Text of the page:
• Give full details only of jobs going back 7-10 years. Beyond that, you may prefer to just list the dates, employer’s name and job title, or have a summary paragraph such as, “Prior to these roles, I held a series of positions with a number of blue chip organisations”.
  • If you have worked for the same employer for 10 years or more, try to break that period up according to the different roles you’ve had, with different responsibilities and achievements.
  • There’s no need to provide salary details or reasons for leaving on your CV.
  • If you are a recent graduate, or have held few positions, consider all the positions you have held and your responsibilities and achievements within them. Also consider skills learnt at university – group projects etc. However what you do NOT want to end up with is an imitation of an older person’s CV where in place of actual, relevant jobs you start making a big thing of having worked in a supermarket and telling them about your ace “communication skills”. Your strong points must be implicit and proven in the brevity and relevance of your CV and letter.

Training and Development

The events you list under this heading should add value to your CV. Management development, computer skills courses or specialised training in your field could be listed.
Don’t list events like ‘Half-day course on the Fire Drill Procedures of XYZ House’.

Lay it out in reverse chronological order.

Education and Qualifications

This section should include all professional memberships as well as your general academic attainments. Employers like to see a good standard of general education. If you’re currently studying for an additional qualification, this should also be included (at the top of the list). Lay it out in reverse chronological order
You rarely need to explain trivial details of your early education or training except in passing.

It is quite sufficient to say “Passes in 3 subjects at ‘A’ level and 9 at ‘GCSE’ (or ‘O’) level.

Personal Details

This is often the most contentious part of the CV. How much should you reveal? In the end, it’s down to you. If you have been honest about the dates of your education and employment, most intelligent people will be able to work out your age to within about 2 years. So you might as well show your date of birth (not age). Other things that candidates sometimes add include:

  • Nationality
  • Status (it can be advisable to avoid using terms such as separated or divorced, as the reader might assume you’re still carrying some emotional baggage)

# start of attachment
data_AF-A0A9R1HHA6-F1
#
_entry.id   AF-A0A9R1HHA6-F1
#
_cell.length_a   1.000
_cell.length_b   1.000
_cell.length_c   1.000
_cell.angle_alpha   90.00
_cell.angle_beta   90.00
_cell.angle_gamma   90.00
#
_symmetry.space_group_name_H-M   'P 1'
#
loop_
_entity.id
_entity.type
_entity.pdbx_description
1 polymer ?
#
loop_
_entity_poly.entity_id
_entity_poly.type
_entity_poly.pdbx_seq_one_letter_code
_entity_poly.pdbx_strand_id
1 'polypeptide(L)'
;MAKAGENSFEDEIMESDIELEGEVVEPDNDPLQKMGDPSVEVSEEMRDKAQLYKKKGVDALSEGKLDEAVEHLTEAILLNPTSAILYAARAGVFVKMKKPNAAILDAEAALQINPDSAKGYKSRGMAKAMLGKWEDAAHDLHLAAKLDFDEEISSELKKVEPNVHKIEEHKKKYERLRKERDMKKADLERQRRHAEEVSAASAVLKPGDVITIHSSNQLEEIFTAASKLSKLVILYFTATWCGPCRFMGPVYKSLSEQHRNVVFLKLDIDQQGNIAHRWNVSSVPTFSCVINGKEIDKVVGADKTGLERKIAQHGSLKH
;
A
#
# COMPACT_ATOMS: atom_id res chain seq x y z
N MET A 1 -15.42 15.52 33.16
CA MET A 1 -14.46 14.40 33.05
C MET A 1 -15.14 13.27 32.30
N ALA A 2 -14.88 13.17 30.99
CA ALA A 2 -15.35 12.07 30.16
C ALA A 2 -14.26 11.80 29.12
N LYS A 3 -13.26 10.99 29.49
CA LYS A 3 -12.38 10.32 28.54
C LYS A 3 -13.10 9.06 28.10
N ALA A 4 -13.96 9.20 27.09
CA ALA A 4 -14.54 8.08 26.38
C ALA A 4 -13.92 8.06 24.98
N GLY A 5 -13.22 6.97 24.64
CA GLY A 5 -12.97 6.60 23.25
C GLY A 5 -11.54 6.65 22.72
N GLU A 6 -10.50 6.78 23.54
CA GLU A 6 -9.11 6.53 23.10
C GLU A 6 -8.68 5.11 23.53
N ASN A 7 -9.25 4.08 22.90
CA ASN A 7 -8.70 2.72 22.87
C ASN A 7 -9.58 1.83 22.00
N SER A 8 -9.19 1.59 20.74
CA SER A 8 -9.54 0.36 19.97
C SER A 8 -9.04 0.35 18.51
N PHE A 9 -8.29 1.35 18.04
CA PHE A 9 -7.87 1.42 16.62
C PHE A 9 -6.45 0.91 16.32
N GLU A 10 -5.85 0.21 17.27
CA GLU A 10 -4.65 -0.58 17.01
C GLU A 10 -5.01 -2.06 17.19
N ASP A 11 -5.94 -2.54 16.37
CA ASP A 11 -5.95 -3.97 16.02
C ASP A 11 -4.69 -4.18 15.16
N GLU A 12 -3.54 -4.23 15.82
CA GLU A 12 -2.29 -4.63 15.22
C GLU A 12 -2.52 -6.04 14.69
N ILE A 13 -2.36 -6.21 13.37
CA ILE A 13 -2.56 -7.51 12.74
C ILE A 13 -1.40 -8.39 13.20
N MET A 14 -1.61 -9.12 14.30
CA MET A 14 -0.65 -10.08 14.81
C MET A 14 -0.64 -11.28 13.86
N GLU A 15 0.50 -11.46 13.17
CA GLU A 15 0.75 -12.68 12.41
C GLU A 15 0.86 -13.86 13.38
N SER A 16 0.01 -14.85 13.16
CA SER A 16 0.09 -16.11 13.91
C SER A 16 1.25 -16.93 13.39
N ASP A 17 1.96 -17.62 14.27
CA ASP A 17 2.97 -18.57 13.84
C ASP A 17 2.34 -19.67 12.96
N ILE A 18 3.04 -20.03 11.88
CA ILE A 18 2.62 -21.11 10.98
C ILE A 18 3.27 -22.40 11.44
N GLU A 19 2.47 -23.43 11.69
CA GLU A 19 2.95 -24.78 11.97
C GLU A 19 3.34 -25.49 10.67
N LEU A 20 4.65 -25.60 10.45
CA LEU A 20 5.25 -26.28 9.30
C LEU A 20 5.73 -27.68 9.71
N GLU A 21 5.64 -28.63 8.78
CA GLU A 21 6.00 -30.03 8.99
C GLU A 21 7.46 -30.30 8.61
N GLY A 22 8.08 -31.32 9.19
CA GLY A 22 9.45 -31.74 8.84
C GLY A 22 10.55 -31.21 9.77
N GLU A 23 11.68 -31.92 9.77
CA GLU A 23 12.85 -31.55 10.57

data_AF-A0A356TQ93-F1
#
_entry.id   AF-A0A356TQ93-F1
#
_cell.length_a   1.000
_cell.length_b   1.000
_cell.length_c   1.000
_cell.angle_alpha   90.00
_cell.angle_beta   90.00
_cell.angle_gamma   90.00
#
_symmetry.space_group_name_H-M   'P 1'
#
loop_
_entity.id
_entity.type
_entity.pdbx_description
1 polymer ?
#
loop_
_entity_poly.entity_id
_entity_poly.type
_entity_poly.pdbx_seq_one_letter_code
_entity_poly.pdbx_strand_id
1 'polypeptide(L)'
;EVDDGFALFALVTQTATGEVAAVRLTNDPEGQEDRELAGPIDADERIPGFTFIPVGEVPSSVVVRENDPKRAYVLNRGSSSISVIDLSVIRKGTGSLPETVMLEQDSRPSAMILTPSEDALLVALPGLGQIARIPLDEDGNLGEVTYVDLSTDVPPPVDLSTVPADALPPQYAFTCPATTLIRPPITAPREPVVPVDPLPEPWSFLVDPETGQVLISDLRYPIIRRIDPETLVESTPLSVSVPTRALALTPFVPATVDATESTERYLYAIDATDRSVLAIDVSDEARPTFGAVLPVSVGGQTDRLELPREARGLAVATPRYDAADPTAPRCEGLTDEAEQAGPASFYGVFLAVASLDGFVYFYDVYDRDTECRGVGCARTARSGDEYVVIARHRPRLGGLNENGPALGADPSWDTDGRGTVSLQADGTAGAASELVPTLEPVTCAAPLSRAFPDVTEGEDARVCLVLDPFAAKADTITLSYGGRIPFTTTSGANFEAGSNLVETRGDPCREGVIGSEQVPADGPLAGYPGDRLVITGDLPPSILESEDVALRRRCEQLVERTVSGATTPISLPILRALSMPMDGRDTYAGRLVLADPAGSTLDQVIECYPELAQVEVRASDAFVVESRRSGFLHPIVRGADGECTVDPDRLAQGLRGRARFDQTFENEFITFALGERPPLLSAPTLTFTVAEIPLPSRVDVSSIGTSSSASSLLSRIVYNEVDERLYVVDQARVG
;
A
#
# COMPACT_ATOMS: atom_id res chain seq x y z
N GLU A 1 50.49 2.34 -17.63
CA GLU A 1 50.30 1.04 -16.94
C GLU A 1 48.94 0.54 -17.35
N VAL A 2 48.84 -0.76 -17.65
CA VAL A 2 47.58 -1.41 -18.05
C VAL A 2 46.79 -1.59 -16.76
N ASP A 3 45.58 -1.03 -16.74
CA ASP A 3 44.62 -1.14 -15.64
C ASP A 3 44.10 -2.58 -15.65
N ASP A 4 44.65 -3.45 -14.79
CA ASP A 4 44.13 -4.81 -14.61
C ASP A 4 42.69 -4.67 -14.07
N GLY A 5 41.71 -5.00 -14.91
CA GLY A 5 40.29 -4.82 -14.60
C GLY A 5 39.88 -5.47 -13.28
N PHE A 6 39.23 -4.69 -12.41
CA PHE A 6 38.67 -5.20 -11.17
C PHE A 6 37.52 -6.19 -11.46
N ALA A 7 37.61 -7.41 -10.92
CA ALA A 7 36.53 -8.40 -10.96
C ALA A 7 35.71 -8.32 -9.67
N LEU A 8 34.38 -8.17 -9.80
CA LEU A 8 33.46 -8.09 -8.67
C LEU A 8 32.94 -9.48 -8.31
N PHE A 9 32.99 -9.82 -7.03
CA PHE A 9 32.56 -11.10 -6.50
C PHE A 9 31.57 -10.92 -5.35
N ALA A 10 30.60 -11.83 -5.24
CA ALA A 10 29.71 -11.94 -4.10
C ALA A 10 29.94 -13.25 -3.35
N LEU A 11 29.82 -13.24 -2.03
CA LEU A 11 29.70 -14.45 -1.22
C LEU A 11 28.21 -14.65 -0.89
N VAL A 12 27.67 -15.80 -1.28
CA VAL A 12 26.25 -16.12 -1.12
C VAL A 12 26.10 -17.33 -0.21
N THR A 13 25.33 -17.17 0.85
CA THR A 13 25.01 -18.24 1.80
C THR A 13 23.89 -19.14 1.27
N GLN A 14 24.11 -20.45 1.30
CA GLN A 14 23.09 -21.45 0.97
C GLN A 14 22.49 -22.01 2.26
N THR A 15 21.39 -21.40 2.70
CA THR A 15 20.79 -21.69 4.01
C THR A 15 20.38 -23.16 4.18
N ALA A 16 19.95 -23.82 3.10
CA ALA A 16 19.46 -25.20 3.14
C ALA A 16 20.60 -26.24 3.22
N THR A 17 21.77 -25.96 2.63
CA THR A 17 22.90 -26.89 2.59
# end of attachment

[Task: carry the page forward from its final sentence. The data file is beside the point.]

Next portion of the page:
• Full driver’s license
  • Willing to relocate
  • Non-smoker

Whatever you include, keep it short and keep it relevant. For example, if the position required you to be mobile, then it would be helpful to tell the employer you have a full driver’s license.

Only include hobbies if they enhance your image.


You must contact potential referees to obtain their agreement to act as referees before starting your job search. However it is not necessary to reveal their identities on the CV. Some employers will request such information prior to an interview, in which case you provide the names and contact details in your covering letter. Other employers will wait until they have met you.

What to remember when writing your CV

  • Employers are looking for real people with real abilities – not robots!
  • When writing your CV ask yourself “what will people want to know?” and “what will be the most effective selling points to focus on?”
  • Make your key strengths immediately obvious.
  • Make the design and layout attractive.
  • It may help to write it all down and then reduce it until you fit two pages.
  • Place the focus on the last 5-10 years and the highest levels of activity and achievement.
  • Write your brief and powerful introduction last, when you know what you need to say to summaries your CV, and don’t bother giving it a heading anyone can see what it is.
  • Your CV is a creative document that allows you to say what you think is appropriate, compared with forms that confine self-expression; you might as well use that freedom!

Covering Letters

Always send a covering letter with your CV. This is the place to express your vision and will show that you have thought about and are interested in the position. Your letter needs to sing, summaries, promise, capture the spirit of what’s best about you. Safe, boring, lengthy letters that repeat all the information in your CV or try to match every single minor point in the job definition will not interest the reader.

Use the sales formula of AIDA in your letter writing:

A – Attention: Read my letter.

I – Interest: I have skills / experience that you can use.

D – Desire: It would be good to meet me to discuss my skills.

A – Action: There is a route to access me – I will phone you, or you can contact me.

Tips for Covering Letters

  • Address your letter to a specific person. It is more likely to be read than if addressed to “Sir / Madam”.
  • Keep your letter relevant and brief.
  • Use the letter to encourage the reader to look at your CV.
  • Make the reader empathies with your skills and experience.
  • Finish your letter by saying that you will contact the person you have written to. This will put you in control and give you the excuse to follow up your letter with a phone call.